But the striking thing about Labour leadership speculation is how similar it is to the Conservative equivalent since the fall of Rishi Sunak. This is a thought experiment, not a realistic scenario, but if Boris Johnson were to say, “I’ve thought about it and Keir is absolutely right, I should, having broken the law, now resign”, the thinness of the field to succeed him would be a meagre sight to behold.

Again, the betting market is a poor guide: Liz Truss, Tom Tugendhat, Jeremy Hunt, Ben Wallace and Penny Mordaunt are the only candidates who are given (just) more than a 10 per cent chance. Of those only Mordaunt was a Leaver, which I think is a basic requirement in the final party membership vote, which is why I think Sunak would still win, and may be why Nadhim Zahawi, the education secretary, popped up today saying that people should be proud of private schools. (In a telling cross-party endorsement Zahawi also said in his Times interview that Streeting is “the most talented and best communicator Labour has got – I’ve been backing him for ages”).

Thus both main party leaders are secure in their jobs for the time being, a period of stasis that has a curious effect on the perspective of politics. Suddenly, Johnson’s government feels tired, more like the end of 12 years of Tory rule and less like something Brexity and new. When the prime minister said at the beginning of his speech to introduce the legislative programme in the Queen’s Speech on Tuesday, “as we come to the halfway point of this parliament”, it felt as if history was turning on its axis.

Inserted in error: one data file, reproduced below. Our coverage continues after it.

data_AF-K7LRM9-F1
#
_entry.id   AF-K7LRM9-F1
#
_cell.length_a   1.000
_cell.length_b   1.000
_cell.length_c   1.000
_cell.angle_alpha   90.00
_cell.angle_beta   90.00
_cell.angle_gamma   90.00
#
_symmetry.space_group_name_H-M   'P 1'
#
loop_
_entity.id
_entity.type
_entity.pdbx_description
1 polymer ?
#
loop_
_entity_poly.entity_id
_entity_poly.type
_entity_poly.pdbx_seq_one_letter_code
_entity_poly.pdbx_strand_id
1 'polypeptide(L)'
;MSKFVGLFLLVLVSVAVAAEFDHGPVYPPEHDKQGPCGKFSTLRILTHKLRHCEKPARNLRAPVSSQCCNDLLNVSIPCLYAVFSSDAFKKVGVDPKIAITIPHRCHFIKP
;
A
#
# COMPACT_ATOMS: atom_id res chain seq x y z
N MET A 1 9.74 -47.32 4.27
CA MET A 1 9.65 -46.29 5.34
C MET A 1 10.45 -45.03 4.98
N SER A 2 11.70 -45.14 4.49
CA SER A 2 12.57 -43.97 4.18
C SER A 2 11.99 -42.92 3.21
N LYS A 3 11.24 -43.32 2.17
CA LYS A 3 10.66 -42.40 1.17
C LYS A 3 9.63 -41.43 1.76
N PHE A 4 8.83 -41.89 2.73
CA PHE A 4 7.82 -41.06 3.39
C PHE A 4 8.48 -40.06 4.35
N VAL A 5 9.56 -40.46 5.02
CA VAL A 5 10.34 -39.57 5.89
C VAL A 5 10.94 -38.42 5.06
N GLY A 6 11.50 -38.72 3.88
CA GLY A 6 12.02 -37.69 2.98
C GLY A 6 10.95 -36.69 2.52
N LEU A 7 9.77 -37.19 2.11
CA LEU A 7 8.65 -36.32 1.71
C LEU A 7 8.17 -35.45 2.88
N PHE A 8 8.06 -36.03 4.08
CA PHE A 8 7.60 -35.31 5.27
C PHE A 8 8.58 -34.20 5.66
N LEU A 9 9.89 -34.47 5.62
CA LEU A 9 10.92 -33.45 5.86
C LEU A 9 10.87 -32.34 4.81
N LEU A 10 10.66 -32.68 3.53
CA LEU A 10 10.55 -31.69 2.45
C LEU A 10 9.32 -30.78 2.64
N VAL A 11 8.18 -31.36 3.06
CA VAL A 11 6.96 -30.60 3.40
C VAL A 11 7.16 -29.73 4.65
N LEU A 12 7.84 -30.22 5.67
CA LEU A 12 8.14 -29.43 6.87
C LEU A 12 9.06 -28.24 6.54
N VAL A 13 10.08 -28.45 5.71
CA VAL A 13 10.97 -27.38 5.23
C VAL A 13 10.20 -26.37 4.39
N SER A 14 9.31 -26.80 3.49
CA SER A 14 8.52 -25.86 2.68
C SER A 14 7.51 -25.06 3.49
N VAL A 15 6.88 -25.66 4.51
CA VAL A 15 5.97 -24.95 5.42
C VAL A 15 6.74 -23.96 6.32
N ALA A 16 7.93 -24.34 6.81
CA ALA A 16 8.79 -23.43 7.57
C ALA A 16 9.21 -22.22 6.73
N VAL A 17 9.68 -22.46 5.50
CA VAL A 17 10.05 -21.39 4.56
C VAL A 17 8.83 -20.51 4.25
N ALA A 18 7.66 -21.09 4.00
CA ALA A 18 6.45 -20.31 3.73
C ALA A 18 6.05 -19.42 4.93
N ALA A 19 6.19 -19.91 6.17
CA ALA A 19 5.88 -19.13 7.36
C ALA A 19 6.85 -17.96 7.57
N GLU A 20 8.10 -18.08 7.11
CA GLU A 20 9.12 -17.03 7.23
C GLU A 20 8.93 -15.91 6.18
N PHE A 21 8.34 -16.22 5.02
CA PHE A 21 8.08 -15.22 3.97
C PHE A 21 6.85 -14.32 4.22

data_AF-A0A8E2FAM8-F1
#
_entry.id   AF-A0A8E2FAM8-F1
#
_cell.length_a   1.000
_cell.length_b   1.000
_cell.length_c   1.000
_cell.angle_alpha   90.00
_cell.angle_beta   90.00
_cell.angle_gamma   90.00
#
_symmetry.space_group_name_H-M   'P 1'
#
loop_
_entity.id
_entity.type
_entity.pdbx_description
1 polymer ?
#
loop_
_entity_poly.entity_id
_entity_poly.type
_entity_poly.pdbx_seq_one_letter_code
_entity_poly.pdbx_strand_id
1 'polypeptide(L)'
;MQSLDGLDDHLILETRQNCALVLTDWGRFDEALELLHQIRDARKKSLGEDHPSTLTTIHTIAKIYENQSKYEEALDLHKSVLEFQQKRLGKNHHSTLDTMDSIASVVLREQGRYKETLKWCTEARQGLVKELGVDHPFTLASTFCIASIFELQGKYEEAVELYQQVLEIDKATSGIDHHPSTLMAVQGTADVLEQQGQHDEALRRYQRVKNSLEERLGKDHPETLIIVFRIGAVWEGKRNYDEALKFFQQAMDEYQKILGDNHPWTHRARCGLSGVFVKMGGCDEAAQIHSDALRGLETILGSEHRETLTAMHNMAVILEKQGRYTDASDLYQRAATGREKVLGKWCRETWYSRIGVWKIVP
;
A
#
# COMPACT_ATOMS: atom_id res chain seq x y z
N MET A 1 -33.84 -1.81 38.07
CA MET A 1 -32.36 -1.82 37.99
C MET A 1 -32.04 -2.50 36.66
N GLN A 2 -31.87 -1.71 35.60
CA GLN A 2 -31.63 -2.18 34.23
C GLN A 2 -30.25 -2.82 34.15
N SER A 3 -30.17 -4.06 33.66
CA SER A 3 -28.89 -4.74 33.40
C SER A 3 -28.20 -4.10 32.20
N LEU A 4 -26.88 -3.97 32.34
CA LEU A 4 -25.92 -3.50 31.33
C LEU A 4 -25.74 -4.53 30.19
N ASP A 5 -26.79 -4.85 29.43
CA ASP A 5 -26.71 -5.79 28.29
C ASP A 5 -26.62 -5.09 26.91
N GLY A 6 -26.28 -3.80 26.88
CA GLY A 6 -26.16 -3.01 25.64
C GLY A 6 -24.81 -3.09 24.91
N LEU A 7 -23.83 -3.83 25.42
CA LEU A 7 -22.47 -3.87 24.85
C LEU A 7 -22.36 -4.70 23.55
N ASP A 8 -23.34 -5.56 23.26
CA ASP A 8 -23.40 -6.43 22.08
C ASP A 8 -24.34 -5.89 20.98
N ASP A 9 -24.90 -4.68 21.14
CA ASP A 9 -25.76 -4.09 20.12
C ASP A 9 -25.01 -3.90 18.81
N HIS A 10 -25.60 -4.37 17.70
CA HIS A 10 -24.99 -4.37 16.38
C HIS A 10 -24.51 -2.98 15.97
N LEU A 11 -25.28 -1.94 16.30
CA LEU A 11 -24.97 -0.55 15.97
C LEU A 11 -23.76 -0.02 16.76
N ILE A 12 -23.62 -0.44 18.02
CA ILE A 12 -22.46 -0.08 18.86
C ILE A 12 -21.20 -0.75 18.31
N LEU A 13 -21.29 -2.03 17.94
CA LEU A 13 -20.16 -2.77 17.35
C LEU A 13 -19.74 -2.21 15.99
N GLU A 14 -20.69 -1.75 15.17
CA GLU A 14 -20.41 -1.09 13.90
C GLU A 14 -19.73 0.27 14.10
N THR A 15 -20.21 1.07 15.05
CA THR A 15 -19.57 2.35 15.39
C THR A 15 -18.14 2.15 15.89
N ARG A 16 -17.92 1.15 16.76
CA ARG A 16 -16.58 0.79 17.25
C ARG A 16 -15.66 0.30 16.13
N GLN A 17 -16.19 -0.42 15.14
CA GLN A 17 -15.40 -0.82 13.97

We may be more than halfway through, in fact: two-and-a-half years gone and an election now probably less than two years away, in May 2024. That adds to the feeling that coronavirus wasted the first half of this parliament, which is the only time governments can get big changes done, and that it is too late to deliver any meaningful reform before the election.

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There has been a shift this week. Starmer faced the prospect of his career coming to an end and overcame it. His party has had a good look at the alternatives on offer, but the case for a change of leadership is not yet made. The same has happened in the Conservative Party. Johnson came face to face with the possibility of ejection from office earlier this year, but the police investigation bought him time and Sunak’s troubles removed the immediate threat altogether.

Starmer’s brush with his political mortality has strengthened him, though. He is dull, competent, not particularly popular, but he seems more like an alternative prime minister who has been through the bruising test of a Tory press onslaught without a dent in his opinion-poll ratings.

Johnson, on the other hand, keeps up the high-energy talk and high-visibility activity – the army of No 10 photographers never sleeps – but he seems to have broken the connection that he had with the voters. Too many now seem to say: “Brexit was done; thank you and goodnight.” This was the week he began to seem like a Tory prime minister who had been around a long time, to no good effect.